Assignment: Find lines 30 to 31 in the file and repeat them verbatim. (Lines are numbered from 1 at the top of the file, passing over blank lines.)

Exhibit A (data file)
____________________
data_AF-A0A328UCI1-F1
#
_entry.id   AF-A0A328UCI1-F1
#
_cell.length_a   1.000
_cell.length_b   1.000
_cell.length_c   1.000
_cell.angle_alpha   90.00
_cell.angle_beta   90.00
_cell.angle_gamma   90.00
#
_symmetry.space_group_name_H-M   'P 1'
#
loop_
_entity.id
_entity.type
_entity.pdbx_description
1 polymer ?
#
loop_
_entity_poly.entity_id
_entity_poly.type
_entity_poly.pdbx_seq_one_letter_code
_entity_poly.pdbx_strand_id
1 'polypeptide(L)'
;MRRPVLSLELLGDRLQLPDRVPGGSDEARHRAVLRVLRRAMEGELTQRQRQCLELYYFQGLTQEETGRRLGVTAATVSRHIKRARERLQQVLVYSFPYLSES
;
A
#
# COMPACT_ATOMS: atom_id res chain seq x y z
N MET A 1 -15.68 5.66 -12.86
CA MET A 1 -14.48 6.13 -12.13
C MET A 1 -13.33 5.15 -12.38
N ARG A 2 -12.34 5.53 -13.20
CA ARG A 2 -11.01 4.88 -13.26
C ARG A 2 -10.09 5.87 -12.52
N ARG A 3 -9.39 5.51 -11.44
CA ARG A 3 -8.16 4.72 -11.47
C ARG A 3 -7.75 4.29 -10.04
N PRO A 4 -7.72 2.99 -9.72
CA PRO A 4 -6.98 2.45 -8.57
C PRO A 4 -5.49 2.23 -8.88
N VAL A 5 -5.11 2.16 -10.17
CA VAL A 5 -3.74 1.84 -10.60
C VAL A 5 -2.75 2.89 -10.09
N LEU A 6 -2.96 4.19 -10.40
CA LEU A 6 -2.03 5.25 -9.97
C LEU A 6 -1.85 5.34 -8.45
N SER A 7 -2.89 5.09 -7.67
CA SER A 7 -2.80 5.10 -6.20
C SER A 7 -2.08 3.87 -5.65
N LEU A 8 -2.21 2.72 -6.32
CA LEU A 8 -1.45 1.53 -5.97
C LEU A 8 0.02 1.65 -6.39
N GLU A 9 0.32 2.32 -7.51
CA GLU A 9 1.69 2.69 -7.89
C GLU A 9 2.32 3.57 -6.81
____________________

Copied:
# COMPACT_ATOMS: atom_id res chain seq x y z
N MET A 1 -15.68 5.66 -12.86